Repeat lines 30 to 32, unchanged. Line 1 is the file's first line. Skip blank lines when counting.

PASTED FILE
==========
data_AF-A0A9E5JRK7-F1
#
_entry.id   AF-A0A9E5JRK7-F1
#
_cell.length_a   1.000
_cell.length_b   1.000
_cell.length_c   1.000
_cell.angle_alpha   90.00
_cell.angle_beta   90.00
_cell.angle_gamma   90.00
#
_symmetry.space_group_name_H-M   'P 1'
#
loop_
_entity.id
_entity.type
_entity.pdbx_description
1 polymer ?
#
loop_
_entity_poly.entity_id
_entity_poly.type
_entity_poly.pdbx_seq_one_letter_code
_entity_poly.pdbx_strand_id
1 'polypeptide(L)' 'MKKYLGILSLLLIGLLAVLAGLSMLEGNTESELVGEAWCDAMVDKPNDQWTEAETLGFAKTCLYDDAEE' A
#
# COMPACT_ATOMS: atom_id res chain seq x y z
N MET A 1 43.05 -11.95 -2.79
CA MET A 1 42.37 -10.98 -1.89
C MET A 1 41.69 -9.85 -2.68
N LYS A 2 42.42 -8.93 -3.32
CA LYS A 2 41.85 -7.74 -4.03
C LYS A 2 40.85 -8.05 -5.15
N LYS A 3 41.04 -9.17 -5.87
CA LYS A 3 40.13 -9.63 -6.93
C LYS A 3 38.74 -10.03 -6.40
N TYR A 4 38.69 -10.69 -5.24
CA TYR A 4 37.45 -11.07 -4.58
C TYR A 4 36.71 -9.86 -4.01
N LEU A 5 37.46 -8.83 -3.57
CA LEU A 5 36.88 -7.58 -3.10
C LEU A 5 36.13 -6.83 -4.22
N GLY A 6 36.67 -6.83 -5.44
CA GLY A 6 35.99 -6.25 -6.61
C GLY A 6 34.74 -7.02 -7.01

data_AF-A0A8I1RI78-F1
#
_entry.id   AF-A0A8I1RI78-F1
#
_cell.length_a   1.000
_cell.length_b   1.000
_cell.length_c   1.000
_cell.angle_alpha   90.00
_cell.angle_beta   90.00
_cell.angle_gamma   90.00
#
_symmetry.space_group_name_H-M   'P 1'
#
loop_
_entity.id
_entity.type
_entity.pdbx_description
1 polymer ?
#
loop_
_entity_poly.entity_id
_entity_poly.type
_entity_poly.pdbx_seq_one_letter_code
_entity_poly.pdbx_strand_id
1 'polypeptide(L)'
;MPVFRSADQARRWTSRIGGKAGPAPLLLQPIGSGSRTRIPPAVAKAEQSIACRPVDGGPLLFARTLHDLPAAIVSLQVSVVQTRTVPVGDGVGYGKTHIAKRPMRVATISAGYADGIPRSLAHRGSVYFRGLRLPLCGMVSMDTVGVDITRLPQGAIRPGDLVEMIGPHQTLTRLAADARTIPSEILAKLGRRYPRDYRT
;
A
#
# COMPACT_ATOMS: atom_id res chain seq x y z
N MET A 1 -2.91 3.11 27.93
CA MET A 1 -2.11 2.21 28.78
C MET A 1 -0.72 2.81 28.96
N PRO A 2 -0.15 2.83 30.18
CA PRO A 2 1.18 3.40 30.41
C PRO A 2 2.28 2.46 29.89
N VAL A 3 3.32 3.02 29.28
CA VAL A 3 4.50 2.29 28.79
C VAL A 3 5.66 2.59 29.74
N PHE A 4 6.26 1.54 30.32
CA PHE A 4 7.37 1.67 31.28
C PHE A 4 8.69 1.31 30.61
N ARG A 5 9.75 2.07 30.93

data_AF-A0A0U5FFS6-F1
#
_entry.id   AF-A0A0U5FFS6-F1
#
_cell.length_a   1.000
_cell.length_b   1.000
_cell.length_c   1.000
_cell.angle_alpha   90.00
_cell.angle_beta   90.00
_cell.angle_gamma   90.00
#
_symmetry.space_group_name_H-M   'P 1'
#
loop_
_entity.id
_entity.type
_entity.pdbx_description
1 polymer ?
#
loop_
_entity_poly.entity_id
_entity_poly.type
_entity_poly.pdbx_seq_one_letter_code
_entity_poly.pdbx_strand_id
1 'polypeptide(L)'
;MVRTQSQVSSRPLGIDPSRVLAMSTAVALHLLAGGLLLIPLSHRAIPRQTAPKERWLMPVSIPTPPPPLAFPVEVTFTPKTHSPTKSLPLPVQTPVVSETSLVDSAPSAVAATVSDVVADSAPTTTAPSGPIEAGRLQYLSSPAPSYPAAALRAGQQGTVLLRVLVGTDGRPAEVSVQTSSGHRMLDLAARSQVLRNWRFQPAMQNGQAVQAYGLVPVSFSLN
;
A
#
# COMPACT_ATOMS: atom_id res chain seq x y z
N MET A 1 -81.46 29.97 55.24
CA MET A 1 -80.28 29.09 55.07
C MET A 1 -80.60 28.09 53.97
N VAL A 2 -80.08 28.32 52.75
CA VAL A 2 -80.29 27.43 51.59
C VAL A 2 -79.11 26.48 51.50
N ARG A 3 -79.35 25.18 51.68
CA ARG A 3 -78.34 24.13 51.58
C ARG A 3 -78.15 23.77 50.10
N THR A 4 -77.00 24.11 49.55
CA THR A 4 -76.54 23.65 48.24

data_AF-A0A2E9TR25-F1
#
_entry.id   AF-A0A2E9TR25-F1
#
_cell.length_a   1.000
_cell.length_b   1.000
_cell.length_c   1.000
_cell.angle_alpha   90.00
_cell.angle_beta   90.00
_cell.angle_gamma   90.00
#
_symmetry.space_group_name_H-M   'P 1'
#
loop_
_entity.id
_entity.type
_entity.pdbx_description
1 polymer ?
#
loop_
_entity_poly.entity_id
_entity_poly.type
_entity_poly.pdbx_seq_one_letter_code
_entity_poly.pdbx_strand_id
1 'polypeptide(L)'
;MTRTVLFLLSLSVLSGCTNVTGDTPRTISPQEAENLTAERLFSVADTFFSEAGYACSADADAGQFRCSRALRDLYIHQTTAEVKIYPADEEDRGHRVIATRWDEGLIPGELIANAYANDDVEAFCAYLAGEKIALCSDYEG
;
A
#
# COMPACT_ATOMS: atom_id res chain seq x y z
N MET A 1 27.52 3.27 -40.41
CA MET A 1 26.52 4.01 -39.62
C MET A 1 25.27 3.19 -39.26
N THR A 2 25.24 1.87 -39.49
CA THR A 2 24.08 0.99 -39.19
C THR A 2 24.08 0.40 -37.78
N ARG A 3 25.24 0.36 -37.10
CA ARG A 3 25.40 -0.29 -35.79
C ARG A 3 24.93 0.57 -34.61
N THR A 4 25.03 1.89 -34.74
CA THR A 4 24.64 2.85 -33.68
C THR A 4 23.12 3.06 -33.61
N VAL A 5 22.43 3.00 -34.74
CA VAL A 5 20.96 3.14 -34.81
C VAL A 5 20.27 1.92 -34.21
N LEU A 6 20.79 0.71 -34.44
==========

C MET A 1 41.69 -9.85 -2.68
N LYS A 2 42.42 -8.93 -3.32
CA LYS A 2 41.85 -7.74 -4.03